Cheryl Finley

Cheryl Finley is director of the Atlanta University Center Art History + Curatorial Studies Collective and Distinguished Visiting Professor of Art History at Spelman College. A visionary leader committed to engaging strategic partners to transform the art and culture industry, she leads an innovative undergraduate program at the world’s largest historically Black college and university (HBCU) consortium in preparing the next generation of African American museum and visual arts professionals. She is a curator, contemporary art critic, and award-winning author noted for Committed to Memory: The Art of the Slave Ship Icon (2018), the first in-depth study of the most famous image associated with the memory of slavery—a schematic engraving of a packed slave ship hold—and the art, architecture, poetry, and film it has inspired since its creation in Britain in 1788. Dr. Finley’s current research includes Black Market; Inside the Art World, a book on the history of Black artists, gallerists and collectors in the art market, and Pictures in My Mother’s House, a memoir. She is on leave from Cornell University, where she is an associate professor in the History of Art Department.

Amanda Gallagher

Amanda Gallagher is the Head of Technology Strategy at New York Life Investments. In this role, Amanda is responsible for translating global business goals into technology solutions, leading large data and technology initiatives, and driving process improvements across sales, marketing, and operations. Amanda has over 10 years of experience in technology and financial services, starting her career as a Software Engineer and moving into roles in product management, venture capital, change management, and innovation. Amanda received an MBA from Columbia Business School, and a Bachelor of Arts in Economics, German, and French from NYU.

Thomas Kline

Thomas Kline is a partner at the law firm Cultural Heritage Partners in Washington, D.C. He is responsible for a number of groundbreaking cases, including setting precedent in the law governing recovery of antiquities and Nazi-looted art. Tom advises clients on a wide variety of art and cultural property matters, including ownership, theft, authenticity, breach of contract, and insurance. Since 1989 he has specialized in cultural heritage-related litigation, arbitration, alternative dispute resolution, and advice and counseling, representing governments, museums, churches, foundations, and families. Tom is an Adjunct Professorial Lecturer at The George Washington University, Museum Studies Program.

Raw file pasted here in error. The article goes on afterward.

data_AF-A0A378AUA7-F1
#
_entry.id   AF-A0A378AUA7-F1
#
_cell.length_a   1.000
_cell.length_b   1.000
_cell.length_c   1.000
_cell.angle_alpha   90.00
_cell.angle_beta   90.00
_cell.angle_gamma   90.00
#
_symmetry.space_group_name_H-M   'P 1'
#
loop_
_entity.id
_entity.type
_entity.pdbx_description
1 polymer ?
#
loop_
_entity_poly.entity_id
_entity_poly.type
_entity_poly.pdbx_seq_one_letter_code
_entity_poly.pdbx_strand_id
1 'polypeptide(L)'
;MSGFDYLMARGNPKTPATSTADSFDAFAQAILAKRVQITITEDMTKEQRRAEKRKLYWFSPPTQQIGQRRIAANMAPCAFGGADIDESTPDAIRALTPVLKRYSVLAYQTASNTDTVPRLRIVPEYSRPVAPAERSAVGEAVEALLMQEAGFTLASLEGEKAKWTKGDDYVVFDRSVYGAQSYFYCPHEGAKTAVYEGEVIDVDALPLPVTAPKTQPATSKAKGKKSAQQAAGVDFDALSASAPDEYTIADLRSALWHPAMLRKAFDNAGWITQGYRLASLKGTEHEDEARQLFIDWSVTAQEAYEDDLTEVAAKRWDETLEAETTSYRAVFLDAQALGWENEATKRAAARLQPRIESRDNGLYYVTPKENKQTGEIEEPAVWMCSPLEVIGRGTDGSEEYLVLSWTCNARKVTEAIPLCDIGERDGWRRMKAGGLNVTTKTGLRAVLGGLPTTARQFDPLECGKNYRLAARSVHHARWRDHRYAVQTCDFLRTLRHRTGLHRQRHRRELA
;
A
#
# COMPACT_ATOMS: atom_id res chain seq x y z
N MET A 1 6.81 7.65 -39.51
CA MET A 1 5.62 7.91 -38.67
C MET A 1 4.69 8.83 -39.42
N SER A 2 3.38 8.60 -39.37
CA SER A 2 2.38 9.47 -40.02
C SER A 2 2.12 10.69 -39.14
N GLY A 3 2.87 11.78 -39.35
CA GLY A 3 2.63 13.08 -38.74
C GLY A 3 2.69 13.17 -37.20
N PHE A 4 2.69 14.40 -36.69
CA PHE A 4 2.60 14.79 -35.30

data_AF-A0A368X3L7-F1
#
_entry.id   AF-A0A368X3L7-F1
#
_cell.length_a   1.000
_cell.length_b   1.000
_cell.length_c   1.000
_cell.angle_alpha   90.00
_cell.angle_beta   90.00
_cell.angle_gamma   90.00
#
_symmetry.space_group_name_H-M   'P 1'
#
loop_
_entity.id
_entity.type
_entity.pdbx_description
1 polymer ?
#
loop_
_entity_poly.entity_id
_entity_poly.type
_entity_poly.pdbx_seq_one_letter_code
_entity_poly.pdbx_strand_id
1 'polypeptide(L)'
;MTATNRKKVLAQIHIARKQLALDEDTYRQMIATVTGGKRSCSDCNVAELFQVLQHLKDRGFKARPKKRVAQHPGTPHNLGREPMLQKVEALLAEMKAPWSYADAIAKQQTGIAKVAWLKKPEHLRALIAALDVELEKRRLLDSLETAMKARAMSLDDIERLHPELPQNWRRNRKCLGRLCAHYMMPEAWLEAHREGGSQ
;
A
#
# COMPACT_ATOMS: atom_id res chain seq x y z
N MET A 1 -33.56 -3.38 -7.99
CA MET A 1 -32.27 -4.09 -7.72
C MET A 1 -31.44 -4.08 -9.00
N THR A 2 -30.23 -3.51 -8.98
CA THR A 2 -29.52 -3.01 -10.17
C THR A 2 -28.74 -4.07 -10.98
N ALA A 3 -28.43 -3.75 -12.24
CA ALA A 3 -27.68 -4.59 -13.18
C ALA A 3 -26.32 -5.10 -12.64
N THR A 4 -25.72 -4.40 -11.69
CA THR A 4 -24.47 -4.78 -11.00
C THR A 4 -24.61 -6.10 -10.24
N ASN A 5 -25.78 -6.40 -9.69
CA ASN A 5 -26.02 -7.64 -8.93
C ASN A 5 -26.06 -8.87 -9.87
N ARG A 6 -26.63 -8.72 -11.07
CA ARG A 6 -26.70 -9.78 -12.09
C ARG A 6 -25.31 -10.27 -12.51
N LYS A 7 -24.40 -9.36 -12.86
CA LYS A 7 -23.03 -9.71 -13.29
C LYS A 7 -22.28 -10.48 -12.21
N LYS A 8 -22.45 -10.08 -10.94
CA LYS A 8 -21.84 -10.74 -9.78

Bénédicte de Montlaur

Bénédicte de Montlaur is President and Chief Executive Officer of World Monuments Fund (WMF), the world’s foremost private organization dedicated to saving extraordinary places while empowering the communities around them. She is responsible for defining and implementing WMF’s strategic vision, and leading a team in more than 30 countries around the world.

Her background mixes culture and the arts, politics, international diplomacy and human rights. Prior to joining WMF, Montlaur spent two decades working across three continents as a senior diplomat at the French Ministry of Foreign Affairs.

Most recently, she served as Cultural Counselor of the French Embassy in the United States, leading France’s largest international cultural advocacy network and its two partner foundations—Albertine and FACE—and directing a team of 90 people in ten US offices. In this role, Montlaur created and expanded numerous programs, including the French-American Dual Language Fund, the annual Festival Albertine featuring curators including Ta-Nehisi Coates and Gloria Steinem, and the podcast The Thing About France, which presented conversations with prominent Americans about their country’s relationship with France. Previously, she served as Deputy Assistant Secretary in charge of North Africa, United Nations Security Council Negotiator on Africa and the Middle East and French Embassy First Secretary in Damascus, Syria.

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